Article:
Intercultural Differences


After working on Europe with one of my Business English classes, We are now dealing with intercultural management. The first step is to get the students to understand how different cultures have different ways of looking at the world.

Even if France and Sweden are both European countries, visiting classes there made me aware of how different we are when it comes to teaching. Let me try and explain how through an example: Personal Project Work. For this project the student works (on his own or with a peer) on a topic he/she has chosen.

– The names:
The Swedes call it Project Work while we call it Personal Supervised Project Work. It is striking that the French need to reassure the student (unless it is his/her parents) by emphasizing that this project will be supervised by an adult. Needless to say this type of work is also overseen by a teacher in Sweden.

– The age:
In France this projects concerns 11th graders, that is to say the students focus on this project a year before they leave school – they are then 17. As for Swedish students, they work on their projects in their final year. Since they start school a year after most other European children they are then 19. In France the final year is devoted to preparing for the baccalaureat, France’s national secondary-school diploma. By asking the students to work on their project the year before we wend them the message that it is not serious enough to be part of the final school year. On the contrary, for the Swedes, it is part and parcel of ending 3 years of secondary high school.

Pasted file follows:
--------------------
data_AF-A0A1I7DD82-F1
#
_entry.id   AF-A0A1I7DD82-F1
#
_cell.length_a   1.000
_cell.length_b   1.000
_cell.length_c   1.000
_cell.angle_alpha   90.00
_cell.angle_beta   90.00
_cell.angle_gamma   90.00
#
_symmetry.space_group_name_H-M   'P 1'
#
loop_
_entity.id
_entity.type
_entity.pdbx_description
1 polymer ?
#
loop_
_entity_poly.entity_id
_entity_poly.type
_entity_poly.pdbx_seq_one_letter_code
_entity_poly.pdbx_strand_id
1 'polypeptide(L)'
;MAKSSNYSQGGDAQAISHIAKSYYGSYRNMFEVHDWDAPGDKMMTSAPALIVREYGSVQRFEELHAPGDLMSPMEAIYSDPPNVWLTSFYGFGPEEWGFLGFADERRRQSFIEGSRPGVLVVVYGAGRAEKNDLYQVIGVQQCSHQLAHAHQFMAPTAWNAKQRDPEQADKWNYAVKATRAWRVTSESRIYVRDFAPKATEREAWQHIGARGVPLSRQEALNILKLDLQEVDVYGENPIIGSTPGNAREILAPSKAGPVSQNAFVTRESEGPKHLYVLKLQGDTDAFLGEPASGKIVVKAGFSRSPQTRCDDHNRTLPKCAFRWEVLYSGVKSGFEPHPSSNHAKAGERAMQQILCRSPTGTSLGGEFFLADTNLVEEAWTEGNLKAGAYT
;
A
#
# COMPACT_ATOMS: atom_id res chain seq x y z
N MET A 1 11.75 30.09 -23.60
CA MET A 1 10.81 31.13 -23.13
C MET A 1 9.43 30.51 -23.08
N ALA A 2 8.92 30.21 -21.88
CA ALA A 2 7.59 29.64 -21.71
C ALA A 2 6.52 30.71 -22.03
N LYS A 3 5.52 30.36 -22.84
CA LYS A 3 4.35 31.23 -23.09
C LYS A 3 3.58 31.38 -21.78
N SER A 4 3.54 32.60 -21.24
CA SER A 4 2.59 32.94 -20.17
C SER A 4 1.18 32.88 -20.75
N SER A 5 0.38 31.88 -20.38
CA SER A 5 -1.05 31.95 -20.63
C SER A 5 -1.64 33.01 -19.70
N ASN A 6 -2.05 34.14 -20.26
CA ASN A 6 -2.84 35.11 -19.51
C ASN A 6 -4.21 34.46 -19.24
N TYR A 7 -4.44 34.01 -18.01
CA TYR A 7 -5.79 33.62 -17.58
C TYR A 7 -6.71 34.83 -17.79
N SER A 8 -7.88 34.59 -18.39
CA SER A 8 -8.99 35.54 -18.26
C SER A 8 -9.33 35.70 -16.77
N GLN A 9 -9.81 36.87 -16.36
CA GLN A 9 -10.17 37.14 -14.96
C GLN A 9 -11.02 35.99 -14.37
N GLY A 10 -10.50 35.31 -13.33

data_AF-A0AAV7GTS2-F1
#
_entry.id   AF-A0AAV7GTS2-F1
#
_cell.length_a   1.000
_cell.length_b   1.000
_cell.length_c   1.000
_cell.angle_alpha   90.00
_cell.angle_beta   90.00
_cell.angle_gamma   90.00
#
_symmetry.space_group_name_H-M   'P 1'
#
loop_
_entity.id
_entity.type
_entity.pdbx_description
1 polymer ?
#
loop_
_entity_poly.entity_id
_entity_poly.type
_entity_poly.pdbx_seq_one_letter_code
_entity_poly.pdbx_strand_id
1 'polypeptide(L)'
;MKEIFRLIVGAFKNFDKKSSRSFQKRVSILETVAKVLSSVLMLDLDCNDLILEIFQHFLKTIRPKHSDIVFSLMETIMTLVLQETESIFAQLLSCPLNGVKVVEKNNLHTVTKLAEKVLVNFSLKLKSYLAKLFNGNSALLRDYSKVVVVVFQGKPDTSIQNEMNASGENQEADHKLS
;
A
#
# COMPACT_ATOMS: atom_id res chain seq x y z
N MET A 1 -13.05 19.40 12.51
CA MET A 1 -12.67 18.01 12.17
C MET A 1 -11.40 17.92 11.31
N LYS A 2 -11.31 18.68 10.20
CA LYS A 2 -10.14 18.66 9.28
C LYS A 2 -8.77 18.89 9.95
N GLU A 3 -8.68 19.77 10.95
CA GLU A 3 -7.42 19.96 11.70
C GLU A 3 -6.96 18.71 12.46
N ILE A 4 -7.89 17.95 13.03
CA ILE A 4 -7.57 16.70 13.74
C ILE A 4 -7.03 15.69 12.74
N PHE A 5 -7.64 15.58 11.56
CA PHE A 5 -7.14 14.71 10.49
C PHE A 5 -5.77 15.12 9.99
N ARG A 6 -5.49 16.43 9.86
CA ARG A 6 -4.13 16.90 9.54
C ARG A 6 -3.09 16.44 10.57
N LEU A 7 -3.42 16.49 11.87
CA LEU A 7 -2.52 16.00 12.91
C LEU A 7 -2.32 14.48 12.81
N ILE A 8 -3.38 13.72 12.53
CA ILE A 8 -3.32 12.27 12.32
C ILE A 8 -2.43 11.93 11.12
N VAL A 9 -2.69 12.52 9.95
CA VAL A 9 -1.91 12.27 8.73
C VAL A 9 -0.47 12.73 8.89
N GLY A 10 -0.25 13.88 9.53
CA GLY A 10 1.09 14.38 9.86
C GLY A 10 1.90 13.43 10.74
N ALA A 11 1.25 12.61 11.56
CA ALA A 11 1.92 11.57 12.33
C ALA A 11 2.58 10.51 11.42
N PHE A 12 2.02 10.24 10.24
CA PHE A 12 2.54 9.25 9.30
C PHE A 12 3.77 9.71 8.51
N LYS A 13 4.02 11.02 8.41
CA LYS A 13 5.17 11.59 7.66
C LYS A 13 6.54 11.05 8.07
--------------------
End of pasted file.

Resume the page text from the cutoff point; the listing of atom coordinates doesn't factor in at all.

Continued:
– The organisation:
In France two hours a week are devoted to project work. All the students from one class come to the library and work there under the supervision of two teachers. In Sweden, the students work whenever they want and see their supervisor once every two week. Each teacher supervises ten youngsters. In the meantime, the students send their supervisor their updated logbooks so that the latter knows what the student has done, what his/her difficulties are and is thus able to provide appropriate help. It seems that Swedish educators trust their students more and can assist them more efficiently than we do.

What do you think? If you were a teenager what would you prefer? As a parent what would seem more suitable for your child? Do intercultural differences ever play a part in your job?